What to Expect at Philly’s New Rail Park
Phase one of a proposed three-mile park opens this Thursday. Here’s what the rest of the park might look like — if everything breaks the right way.
If you’ve been to NYC’s High Line, you know: Abandoned railways can become beautiful public spaces when they get an urbanist makeover. After eight years and $10.3 million, Philly is opening its own quarter-mile rail park this month in Center City. And Friends of the Rail Park, the group leading the project along with the Center City District and Parks and Rec, has even bigger plans; it hopes to grow the park into a three-mile expanse (with bike lanes, a pedestrian path and more) that would transform the way we traverse our city.
What it is: An elevated quarter-mile arc from Broad and Noble to Callowhill between 11th and 12th.
What it’s got: Full 360-degree views of the city; greenery; industrial swings for lounging; modern art; potentially an ice-cream cart.
Obstacles: Removal of contaminated soil; restoration of existing steel structures.
Highlight: Direct view of a striking Shepard Fairey Stamp of Incarceration mural adorning a building on Callowhill.
Will it happen? Opening June 14th at 11 a.m.!
What it is: A roughly half-mile elevated railway stretching from Vine Street to Fairmount Avenue. Meets Phase 1 to form a V-shaped platform overlooking Center City.
What it could be: Lush vegetation; a restaurant, perhaps an outdoor concert space.
Obstacles: Restoration of steel structures; taming overgrown greenery; property owned by Reading International.
Highlight: Imagine summer-night concerts at an elevated park smack in the middle of Center City.
Will it happen? Feels like a no-brainer.
What it is: A roughly three-quarter-mile below-street-level trench running from Broad Street to 21st and Hamilton.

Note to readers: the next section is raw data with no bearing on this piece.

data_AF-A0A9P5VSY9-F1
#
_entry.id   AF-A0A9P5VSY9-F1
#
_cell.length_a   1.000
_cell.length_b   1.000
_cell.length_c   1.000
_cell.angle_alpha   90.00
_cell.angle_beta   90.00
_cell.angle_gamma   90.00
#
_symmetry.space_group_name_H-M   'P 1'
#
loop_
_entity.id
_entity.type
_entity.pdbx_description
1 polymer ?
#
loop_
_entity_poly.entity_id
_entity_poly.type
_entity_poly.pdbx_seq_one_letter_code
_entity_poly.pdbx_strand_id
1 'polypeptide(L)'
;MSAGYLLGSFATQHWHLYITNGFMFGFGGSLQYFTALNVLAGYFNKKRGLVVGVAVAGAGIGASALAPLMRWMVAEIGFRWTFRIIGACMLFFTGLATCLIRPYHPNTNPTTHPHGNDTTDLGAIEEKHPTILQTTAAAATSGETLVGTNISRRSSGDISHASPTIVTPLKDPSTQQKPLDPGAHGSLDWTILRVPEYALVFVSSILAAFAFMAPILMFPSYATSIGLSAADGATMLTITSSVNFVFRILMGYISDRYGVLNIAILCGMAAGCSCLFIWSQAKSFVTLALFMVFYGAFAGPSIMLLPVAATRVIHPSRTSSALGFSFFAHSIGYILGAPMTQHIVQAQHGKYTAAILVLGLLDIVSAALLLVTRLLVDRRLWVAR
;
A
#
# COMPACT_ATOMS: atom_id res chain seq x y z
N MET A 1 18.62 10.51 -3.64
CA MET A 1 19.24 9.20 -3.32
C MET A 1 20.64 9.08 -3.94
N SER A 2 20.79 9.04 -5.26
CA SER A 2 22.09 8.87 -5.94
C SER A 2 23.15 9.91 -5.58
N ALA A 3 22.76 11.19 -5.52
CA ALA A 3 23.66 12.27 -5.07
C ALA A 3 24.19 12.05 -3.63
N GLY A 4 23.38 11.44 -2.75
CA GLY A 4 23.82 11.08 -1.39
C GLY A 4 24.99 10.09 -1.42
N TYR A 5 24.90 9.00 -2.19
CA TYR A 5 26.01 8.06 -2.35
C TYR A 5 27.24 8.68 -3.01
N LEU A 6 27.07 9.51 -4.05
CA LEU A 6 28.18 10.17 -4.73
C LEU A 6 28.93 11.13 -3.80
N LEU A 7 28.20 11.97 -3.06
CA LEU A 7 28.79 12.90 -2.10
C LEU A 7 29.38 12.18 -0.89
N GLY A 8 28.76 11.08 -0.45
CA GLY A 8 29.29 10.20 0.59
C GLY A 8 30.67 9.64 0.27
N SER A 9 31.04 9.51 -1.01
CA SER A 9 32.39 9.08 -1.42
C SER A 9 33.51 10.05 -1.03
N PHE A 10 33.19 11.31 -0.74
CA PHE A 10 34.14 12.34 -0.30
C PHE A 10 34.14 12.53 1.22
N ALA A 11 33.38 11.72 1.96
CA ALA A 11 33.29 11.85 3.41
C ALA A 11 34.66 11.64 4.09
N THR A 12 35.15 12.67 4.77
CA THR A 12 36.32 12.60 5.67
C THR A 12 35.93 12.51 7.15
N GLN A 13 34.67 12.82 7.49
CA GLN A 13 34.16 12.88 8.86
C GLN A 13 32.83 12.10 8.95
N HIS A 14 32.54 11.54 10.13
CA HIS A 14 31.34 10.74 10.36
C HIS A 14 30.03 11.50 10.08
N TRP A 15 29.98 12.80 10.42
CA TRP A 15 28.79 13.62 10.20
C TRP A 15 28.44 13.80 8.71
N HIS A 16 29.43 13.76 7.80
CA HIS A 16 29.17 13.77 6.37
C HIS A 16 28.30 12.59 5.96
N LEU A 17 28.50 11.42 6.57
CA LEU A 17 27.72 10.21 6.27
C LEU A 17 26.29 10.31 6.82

What it could be: Walls of greenery, gathering areas, beer gardens and cafes, retail, community programming.
Obstacles: Access from street level; capping contaminated soil; SEPTA owns the right-of-way.
Highlight: Part could become a green quad for the Community College of Philadelphia, whose campus it bisects.
Will it happen? We say 50-50.
What it is: A roughly one-and-a-half-mile tunnel from behind the Rodin Museum that ends by the Zoo and Brewerytown.
What it could be: An “underground park” with gathering spaces; retail. Pockets of light beaming through openings in the roof.
Obstacles: Plans to erect a condo building near the entrance; selling the idea of an underground park; SEPTA owns the right-of-way.
Highlight: As the longest portion of the park, the tunnel would span from Center City to Brewerytown.
Will it happen? ¯\_(ツ)_/¯
The full vision of the park would cost some $100 million, but the return could be huge. The first two sections of NYC’s High Line cost about $152 million, but the city projected more than $900 million in revenue over 30 years.
Published as “A Rail Big Deal” in the June 2018 issue of Philadelphia magazine.